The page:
Susan Neiman on President Obama

Question: Why is Obama the best choice for President?

Neiman:  I’m trying to think of a short answer to that question because when I began writing this book I--  Actually, I’d had the--  The word “grown-up idealist” is a word that had occurred to me for a long time in thinking about Kant and indeed in teaching Kant. I’ve been teaching Kant now--wow, gosh, let’s see--for nearly 20 years on and off so when I was teaching Kant at Yale I used the word “grown-up idealist” to describe Kant’s view as I’ve explained it to you. Barack Obama is the first politician that I have ever come across who I genuinely think has an eye for both the way things are and the way that things should be. I think he embodies the American dream in a way that we have not ever seen in a way that embodies both the immigrant dream, a sense of perspective about the rest of the world, combined with a genuine appreciation of the American dream. And I think he’s absolutely brilliant. What convinced me about Barack Obama was actually his first book, Dreams From My Father, and- which is a book that I’ve been recommending to people who then walk away saying, “You know what. Even if he’s not--  Even if he doesn’t become President, this is such a good book.”  Anyone would have been proud to have written it. It’s subtle, it’s reflective, it’s self-reflective, it’s self-critical, it’s observant and it’s poetic, all of which are- reveal a sense of character that I think we’ll all be proud to have in our next President. And a final point that I have not seen anybody raise about Obama is the following:  Obama really does represent the triumph of the civil rights movement. There is racism in this country; there is no question. We’ve also seen it in the election and electing Barack Obama will not get rid of it although it will be a giant step forward. I think one reason why so many people of all ages are being inspired by Barack Obama is that the civil rights movement really is a moment that Americans--in our recent history--that Americans can be genuinely proud of. It was a genuine moral- morally political movement with all of its frailties. I just saw a terrific play called The Good Negro downtown which talks about the frailties and the infighting and all of the things that happened in the civil rights movement and yet it was a unique moment. We don’t have an instance of that in other countries. You have countries throwing off colonialism but you don’t have a moment in which a country looked at its own ideals and said, “Hey, we’re not living up to them and it may be bloody and painful and hard and reluctant but we’re going to change because we know that we’re not living up to the standards that we set to ourselves.” And I think a sense that this is a- this is- this crystalizes something in America to be proud of again is perhaps what Michelle Obama meant with her slightly misspoken comments that I completely understand. When my own teenagers who look at politics completely skeptically up to now see an interview with him on television and come to me and have been making fun of the grownups for being excited for a while, “Ma, I get it. He’s for real and if he’s elected it will change the world.”  And I have to say Barack Obama has made America an offer we shouldn’t refuse.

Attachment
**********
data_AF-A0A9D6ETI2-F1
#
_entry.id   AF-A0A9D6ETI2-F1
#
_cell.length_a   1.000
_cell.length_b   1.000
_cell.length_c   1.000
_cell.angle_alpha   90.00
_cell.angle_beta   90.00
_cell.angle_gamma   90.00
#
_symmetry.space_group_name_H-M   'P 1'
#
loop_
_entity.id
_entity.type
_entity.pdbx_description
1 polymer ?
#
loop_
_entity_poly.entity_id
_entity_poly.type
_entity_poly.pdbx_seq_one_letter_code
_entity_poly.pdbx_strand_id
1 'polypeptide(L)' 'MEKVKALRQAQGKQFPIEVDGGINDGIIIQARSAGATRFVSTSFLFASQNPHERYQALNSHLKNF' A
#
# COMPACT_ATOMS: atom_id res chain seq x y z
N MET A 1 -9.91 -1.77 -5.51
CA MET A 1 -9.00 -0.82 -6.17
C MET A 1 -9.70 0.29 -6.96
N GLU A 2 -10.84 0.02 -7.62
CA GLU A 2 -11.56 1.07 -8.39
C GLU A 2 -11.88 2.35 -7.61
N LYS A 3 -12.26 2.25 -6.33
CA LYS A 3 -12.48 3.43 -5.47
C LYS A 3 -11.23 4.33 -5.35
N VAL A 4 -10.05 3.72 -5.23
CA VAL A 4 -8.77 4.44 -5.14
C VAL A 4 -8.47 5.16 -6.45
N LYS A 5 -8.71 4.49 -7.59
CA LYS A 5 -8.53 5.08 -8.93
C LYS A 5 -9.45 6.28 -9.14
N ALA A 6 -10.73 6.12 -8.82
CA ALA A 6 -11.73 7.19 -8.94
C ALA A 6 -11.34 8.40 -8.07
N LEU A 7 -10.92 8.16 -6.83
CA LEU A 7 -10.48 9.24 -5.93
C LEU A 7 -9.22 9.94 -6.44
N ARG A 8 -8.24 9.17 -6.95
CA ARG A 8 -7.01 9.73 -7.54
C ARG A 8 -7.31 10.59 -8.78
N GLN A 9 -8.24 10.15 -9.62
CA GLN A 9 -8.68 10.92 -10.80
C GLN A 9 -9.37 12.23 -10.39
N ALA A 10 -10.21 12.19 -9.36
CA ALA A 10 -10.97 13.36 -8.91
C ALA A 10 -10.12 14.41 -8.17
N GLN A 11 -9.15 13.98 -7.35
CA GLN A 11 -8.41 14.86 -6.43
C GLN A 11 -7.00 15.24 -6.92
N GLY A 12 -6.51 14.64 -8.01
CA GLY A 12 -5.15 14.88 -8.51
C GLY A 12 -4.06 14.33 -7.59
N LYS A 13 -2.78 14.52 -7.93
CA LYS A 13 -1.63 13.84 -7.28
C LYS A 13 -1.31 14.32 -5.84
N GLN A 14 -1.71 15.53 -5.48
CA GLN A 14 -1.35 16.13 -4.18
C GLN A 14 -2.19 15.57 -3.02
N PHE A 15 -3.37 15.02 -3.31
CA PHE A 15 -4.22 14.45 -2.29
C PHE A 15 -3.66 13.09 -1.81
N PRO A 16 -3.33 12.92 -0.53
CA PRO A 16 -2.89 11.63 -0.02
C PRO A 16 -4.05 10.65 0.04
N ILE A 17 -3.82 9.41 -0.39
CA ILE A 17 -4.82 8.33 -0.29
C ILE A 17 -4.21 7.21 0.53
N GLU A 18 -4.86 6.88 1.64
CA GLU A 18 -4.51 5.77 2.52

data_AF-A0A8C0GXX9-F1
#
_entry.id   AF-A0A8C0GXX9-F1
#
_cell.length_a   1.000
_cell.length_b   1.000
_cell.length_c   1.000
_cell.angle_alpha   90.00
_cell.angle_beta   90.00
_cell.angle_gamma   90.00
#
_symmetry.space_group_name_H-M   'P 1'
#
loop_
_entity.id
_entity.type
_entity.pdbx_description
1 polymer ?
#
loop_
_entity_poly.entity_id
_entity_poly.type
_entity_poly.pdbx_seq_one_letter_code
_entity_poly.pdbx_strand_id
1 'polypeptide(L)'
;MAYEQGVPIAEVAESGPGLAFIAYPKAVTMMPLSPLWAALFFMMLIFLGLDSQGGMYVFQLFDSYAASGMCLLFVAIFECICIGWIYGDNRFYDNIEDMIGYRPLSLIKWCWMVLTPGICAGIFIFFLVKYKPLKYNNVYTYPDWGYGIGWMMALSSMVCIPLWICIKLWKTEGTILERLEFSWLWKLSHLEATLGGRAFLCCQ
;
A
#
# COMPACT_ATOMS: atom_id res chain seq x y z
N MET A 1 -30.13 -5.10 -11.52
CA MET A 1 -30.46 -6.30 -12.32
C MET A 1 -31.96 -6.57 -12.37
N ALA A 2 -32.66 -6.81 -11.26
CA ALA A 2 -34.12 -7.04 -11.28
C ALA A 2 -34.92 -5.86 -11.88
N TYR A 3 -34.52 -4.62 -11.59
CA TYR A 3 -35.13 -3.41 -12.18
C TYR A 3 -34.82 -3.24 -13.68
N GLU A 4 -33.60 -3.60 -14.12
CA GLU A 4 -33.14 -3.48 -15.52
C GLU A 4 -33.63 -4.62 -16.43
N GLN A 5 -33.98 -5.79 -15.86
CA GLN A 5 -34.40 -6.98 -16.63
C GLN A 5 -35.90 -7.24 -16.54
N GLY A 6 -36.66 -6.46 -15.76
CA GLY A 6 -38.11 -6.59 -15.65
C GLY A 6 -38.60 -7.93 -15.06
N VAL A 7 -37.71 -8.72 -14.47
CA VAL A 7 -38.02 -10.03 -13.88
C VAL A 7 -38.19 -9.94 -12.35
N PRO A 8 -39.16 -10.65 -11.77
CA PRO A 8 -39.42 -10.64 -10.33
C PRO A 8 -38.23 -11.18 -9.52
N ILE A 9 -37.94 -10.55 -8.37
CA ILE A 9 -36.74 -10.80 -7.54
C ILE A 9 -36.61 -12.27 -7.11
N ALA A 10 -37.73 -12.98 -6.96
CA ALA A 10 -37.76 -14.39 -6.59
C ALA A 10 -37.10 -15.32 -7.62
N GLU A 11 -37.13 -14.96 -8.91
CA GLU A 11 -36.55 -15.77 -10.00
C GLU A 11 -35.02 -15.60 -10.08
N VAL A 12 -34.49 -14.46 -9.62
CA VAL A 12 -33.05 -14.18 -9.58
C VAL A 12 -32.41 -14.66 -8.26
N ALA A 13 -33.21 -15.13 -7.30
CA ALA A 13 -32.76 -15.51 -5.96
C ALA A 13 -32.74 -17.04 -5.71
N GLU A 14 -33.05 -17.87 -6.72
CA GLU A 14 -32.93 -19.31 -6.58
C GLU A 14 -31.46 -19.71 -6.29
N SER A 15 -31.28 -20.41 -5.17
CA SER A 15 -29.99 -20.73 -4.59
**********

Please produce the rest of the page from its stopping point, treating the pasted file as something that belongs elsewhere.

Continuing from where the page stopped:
Susan Neiman on Immanuel Kant and the grown-up idealist

Live on Monday: Does the US need one billion people?

What would happen if you tripled the US population? Join Matthew Yglesias and Charles Duhigg at 1pm ET on Monday, September 28.

Ultracold gas exhibits bizarre quantum behavior

New experiments find weird quantum activity in supercold gas.

Credit: Pixabay
Surprising Science
  • Experiments on an ultracold gas show strange quantum behavior.
  • The observations point to applications in quantum computing.
  • The find may also advance chaos theory and explain the butterfly effect.
  • Keep reading Show less

    Learn innovation with 3-star Michelin chef Dominique Crenn

    Dominique Crenn, the only female chef in America with three Michelin stars, joins Big Think Live.

    Big Think LIVE

    Having been exposed to mavericks in the French culinary world at a young age, three-star Michelin chef Dominique Crenn made it her mission to cook in a way that is not only delicious and elegant, but also expressive, memorable, and true to her experience.

    Keep reading Show less

    3 cognitive biases perpetuating racism at work — and how to overcome them

    Researchers say that moral self-licensing occurs "because good deeds make people feel secure in their moral self-regard."

    Photo by Christina @ wocintechchat.com on Unsplash
    Personal Growth

    Books about race and anti-racism have dominated bestseller lists in the past few months, bringing to prominence authors including Ibram Kendi, Ijeoma Oluo, Reni Eddo-Lodge, and Robin DiAngelo.

    Keep reading Show less

    A new minimoon is headed towards Earth, and it’s not natural

    Astronomers spot an object heading into Earth orbit.

    Credit: PHOTOCREO Michal Bednarek/Paitoon Pornsuksomboon/Shutterstock/Big Think
    Surprising Science
  • Small objects such as asteroids get trapped for a time in Earth orbit, becoming "minimoons."
  • Minimoons are typically asteroids, but this one is something else.
  • The new minimoon may be part of an old rocket from the 1960s.
  • Keep reading Show less

    Only 35 percent of Americans know the symptoms of Alzheimer's disease

    Yet 80 percent of respondents want to reduce their risk of dementia.

    Photo: Lightspring / Shutterstock
    Mind & Brain
    • A new MDVIP/Ipsos survey found that only 35 percent of Americans know the symptoms of Alzheimer's disease.
    • Eighty percent of respondents said they want to reduce their risks.
    • An estimated 7.1 million Americans over the age of 65 will suffer from Alzheimer's by 2025.
    Keep reading Show less
    Quantcast